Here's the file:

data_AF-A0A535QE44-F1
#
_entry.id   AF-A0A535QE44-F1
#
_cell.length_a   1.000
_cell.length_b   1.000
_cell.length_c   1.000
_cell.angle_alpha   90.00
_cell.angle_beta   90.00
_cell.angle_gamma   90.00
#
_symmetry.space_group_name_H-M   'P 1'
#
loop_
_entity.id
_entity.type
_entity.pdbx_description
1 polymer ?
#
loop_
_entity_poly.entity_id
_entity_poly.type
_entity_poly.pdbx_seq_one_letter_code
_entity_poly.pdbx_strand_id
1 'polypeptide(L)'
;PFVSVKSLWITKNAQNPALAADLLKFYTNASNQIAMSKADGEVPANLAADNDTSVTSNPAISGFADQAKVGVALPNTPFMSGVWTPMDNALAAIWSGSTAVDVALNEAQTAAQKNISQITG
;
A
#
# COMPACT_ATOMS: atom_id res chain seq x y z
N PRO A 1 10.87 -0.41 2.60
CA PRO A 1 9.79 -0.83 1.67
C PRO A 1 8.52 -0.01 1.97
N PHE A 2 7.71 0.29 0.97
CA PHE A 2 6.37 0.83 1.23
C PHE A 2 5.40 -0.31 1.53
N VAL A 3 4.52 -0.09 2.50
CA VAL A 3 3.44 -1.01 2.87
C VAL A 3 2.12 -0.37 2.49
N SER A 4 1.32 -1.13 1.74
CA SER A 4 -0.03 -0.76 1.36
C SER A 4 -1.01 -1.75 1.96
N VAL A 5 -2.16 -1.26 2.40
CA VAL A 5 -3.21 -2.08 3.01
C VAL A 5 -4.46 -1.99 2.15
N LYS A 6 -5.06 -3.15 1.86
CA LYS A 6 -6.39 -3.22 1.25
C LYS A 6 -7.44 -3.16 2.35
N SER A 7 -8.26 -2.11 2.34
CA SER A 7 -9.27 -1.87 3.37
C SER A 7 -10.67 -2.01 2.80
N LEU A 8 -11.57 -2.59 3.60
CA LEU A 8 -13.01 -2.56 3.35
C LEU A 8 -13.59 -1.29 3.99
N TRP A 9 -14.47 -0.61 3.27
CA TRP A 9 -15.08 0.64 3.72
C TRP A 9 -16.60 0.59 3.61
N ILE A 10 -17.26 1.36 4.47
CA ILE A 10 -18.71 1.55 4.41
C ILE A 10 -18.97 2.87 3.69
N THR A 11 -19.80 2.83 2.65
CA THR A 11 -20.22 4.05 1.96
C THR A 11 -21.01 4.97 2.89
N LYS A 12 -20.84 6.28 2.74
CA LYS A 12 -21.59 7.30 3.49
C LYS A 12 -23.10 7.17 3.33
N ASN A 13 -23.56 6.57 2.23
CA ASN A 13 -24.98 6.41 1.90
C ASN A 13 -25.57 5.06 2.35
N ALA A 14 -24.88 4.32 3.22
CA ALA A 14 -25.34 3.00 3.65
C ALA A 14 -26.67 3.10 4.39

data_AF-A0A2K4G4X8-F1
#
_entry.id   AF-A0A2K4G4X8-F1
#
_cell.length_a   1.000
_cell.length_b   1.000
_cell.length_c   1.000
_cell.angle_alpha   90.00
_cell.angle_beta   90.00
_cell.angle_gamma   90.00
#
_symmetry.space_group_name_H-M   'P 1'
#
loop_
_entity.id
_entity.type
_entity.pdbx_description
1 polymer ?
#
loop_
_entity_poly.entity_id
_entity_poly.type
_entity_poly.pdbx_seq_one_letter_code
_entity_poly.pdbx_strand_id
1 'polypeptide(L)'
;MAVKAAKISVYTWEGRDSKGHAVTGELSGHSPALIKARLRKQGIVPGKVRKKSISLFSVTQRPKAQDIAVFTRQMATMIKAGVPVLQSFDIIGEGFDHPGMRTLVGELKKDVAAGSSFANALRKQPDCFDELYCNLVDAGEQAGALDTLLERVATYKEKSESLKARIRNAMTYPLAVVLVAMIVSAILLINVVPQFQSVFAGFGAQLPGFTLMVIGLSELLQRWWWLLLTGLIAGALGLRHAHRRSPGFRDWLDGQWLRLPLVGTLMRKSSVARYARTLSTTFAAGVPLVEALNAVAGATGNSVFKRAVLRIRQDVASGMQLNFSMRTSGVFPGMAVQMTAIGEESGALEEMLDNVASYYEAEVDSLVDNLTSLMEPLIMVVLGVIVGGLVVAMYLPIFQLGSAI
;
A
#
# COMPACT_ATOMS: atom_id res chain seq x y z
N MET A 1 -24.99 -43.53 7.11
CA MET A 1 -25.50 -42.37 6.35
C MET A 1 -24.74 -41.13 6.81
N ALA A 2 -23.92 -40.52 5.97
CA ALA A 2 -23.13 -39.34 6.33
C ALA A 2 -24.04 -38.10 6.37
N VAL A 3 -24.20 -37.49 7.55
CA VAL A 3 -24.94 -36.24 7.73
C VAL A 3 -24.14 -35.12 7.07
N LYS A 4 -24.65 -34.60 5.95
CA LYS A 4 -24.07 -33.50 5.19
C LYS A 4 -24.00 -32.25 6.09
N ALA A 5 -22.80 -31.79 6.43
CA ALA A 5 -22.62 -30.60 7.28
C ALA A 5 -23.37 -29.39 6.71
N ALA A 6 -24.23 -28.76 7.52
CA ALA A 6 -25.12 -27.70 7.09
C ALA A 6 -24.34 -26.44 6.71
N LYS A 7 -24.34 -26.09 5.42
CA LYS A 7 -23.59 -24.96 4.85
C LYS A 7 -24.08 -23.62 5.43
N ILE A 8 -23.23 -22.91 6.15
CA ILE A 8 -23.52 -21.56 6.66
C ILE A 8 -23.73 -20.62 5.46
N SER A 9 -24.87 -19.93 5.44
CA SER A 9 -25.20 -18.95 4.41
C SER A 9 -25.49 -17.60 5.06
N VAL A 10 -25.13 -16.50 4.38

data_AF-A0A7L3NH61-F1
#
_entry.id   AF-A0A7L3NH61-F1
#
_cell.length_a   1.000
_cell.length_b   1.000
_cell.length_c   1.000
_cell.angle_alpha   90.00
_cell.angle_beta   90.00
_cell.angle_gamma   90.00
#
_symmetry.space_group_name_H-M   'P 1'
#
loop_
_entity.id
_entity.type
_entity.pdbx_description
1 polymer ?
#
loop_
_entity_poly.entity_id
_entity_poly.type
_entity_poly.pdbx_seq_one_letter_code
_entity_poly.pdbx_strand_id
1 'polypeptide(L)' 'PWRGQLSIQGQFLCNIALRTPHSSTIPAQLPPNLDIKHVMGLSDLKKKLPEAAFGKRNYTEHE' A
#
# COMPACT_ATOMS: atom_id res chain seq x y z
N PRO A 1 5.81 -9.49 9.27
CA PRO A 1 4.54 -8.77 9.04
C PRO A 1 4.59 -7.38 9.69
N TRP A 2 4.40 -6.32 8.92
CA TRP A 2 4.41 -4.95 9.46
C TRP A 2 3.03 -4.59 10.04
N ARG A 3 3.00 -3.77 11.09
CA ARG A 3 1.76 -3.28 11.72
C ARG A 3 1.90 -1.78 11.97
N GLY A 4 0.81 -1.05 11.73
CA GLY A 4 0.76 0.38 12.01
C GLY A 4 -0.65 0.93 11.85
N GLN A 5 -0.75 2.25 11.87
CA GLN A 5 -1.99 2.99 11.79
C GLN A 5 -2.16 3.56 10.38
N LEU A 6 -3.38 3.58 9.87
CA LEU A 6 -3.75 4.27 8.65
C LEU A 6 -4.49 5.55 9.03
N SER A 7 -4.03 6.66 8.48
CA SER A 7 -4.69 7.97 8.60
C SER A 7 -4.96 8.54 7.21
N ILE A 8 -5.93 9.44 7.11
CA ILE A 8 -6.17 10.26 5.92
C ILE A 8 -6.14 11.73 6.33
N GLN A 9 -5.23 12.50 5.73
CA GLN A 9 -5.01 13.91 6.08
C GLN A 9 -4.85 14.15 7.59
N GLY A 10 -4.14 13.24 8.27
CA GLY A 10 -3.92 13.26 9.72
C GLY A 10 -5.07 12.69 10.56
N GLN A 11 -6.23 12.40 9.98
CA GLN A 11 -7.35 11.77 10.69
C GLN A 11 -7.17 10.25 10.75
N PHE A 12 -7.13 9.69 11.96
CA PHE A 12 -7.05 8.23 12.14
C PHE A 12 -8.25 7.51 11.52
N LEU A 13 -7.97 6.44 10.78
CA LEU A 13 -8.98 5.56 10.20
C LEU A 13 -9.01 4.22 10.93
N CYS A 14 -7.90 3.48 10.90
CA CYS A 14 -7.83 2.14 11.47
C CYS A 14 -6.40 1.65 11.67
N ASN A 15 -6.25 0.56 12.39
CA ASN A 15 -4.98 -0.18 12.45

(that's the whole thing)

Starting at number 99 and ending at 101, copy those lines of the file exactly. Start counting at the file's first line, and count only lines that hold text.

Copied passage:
;
A
#